Malaysia’s centrality in Southeast Asia, its location at the midpoint of maritime and overland East-West trade routes and its middle income position make it pivotal for China’s BRI.
Kuala Lumpur: China is being referred to as the new East India Company. This is an understatement if the pace and scale of what it may be up to is compared to the intrigue filled approaches of the East India Company of yore. An interesting case in point that warrants reference or comparison is China’s dealings with Malaysia.
Malaysia is now in a state of political limbo. The unexpected happened in February 2020 and an illegitimate government took control of the reins of power in a coup of sorts. That government is finding itself in a continuing and serious bind to find legitimacy, given the complex mix of interests involved. Najib Razak, a former Prime Minister mired in the Malaysian courts on charges of kleptocracy and most recently convicted, is a key player in this imbroglio.
This limbo situation has become a fertile ground for the bounty hunting imperialist designs of China, much like the East India Company of the 1700s and 1800s. The Belt and Road Initiative (BRI), a geostrategic brainchild of China to establish itself as a superpower, suddenly finds itself presented with a godsend of an opportunity in an otherwise receding shoreline, so to speak. It is about to recover a piece of the puzzle it had lost in the pre limbo Malaysian political environment. Here is probably where the comparison to the East India company (EIC) is most appropriate.
There are clear indications of a dovetailing about to occur between this geostrategic intent of China and the geopolitical and geoeconomic position of the lynchpin state of Malaysia and the local complex mix of interests. Malaysia’s centrality in Southeast Asia, its location at the midpoint of maritime and overland East-West trade routes and its middle income position make it pivotal for China’s BRI.
It is not possible to draw up a complete list of Chinese investments in Malaysia as available statistics do not seem to include projects with clear Chinese fingerprints. But significantly and publicly acknowledged Chinese investments are at least MYR 240 billion (about US$57 billion), at last count, for the period of 2013-2019. There are numerous indications that the previous government led by Najib concluded very unfavourable terms in these deals with Beijing during the period he was the Prime Minister from 2009-2018. There is speculation of diversion of funds worth at least US$34 billion from the deals, to close a gap in the finances of the national development company, 1MDB. All this smacks of a key set of EIC tactics to gain empire without guns.
The mega projects and deals funded by hot Chinese cash took shape just as the cracks in 1MDB began to reveal that they were not superficial but ran wide and deep. Observers say Najib tilted Malaysia towards China’s orbit as a result of Beijing’s “chequebook diplomacy” strategy in Southeast Asia as well as the increasing hostility he faced from the West over the 1MDB scandal. His key intermediary and a major accomplice in his kleptocracy scams was a Malaysian Chinese, Jho Low, now believed to be in hiding in Macau.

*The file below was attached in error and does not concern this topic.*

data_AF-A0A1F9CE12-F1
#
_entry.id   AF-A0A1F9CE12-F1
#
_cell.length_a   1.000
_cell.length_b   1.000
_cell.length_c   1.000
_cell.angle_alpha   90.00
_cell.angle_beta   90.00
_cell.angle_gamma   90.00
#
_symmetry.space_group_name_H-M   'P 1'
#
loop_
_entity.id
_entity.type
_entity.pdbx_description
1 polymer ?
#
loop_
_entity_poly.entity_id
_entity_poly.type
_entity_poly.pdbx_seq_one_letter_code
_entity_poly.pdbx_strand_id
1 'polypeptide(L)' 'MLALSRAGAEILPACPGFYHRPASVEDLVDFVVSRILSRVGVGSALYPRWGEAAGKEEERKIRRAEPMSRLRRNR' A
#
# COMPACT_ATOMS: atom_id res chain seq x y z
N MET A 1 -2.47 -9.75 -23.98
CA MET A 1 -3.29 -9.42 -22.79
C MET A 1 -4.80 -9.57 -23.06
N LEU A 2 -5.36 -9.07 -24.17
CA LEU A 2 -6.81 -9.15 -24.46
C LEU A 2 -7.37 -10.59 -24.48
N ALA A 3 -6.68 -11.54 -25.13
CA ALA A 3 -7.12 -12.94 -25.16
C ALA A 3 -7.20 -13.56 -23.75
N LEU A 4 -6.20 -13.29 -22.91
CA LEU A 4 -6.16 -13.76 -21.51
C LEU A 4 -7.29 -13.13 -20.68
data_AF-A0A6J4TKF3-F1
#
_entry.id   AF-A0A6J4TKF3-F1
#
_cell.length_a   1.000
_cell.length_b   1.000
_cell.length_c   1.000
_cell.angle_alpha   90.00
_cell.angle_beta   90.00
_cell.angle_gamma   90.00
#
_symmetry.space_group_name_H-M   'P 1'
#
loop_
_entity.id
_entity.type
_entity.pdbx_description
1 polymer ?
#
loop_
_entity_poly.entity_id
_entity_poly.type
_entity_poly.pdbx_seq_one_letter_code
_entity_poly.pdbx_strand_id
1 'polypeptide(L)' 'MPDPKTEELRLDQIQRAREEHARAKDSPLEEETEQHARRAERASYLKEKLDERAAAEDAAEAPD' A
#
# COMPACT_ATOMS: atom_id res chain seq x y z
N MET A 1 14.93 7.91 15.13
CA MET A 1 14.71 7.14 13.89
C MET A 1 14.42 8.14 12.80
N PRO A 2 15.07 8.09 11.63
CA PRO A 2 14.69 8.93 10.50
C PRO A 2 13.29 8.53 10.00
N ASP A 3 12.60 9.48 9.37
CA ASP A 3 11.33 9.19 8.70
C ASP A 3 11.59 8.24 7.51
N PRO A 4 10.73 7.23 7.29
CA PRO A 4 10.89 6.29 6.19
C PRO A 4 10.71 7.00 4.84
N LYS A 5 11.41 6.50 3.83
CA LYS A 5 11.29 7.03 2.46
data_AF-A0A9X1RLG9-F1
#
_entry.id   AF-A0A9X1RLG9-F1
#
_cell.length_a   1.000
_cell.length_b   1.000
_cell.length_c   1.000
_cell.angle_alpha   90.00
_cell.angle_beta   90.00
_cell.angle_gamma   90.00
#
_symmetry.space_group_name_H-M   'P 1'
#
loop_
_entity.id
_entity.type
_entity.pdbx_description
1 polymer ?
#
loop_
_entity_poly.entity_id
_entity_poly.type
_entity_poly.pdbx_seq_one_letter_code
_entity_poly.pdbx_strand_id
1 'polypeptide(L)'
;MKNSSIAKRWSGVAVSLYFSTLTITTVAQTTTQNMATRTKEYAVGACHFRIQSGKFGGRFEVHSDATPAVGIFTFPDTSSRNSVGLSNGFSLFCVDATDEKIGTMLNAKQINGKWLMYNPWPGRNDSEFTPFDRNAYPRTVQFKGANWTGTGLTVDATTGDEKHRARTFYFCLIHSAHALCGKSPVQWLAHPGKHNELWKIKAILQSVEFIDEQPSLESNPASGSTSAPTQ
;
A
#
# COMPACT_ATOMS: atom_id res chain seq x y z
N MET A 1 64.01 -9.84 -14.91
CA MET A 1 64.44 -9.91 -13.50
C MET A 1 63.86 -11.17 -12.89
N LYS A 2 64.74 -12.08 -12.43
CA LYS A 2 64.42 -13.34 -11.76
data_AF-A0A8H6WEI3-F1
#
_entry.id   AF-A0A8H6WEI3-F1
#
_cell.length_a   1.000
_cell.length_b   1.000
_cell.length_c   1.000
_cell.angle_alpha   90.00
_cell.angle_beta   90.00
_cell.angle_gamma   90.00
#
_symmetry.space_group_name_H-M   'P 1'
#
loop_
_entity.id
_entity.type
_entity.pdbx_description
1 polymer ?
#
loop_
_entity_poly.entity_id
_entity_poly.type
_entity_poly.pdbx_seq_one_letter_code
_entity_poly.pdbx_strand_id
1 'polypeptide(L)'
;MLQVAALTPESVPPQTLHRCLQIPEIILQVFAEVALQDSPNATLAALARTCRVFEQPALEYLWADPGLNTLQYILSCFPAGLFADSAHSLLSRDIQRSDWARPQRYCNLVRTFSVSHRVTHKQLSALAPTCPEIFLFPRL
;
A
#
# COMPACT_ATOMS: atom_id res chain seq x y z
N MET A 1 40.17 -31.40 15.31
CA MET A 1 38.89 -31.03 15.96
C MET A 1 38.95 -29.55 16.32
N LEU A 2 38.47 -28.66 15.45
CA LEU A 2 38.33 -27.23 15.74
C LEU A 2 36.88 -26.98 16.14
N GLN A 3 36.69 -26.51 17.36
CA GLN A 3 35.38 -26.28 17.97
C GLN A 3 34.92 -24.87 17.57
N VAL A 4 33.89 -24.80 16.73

And then abruptly, for about 20 months, from May 2018 to February 2020, there was an interruption in the control of the reins of government which moved to a nationalist leader, Dr Mahathir Mohamad who takes a more nationalistic and hence adversarial role in these deals, and, hence, demanded better from China. “Such stupidity has never been seen in the history of Malaysia,” Mahathir reportedly said in a press conference in Beijing in August 2018, much to the embarrassment of China, as he lambasted the previous administration’s predilection for accepting unfavourable terms.
In the words of China’s Foreign Minister and State Councillor, Wang Yi, after a visit to Malaysia, in September 2018 and after difficult talks with Mahathir, “China-Malaysia relations are standing at a new historical starting.” The pendulum had swung away from China.
The allegations of the kleptocracy that occurred through 1MDB will continue to haunt Najib and the leading Malay political party, UMNO, for some time to come. And the only way to get this albatross out for both is through the legislature—and not necessarily the courts, as the most recent conviction of Najib, in the first of the five cases of kleptocracy clearly indicate. He was found guilty on all seven charges in this first case. The legislature necessarily has to come in the grip of Najib and UMNO, once more. A significant collateral effect of this would be the recovery of the lost economic opportunities from the mega Chinese deals for a large faction of dominant Malay interests. The stakes and opportunities are high.
Speculation is rife that the limbo situation has to be resolved soon—a snap election is on the cards within the next 12 months. Given the alignment of the dominant Malay interests, it is very likely that UMNO will recover their grip on power in these snap elections and continue with the earlier policies with respect to Chinese involvement. The pendulum would have swung back. Najib would then have come out of the terrible bind, the dominant UMNO interests would have recovered their grip on the national resource and the Chinese will be able to keep Malaysia well within their stable.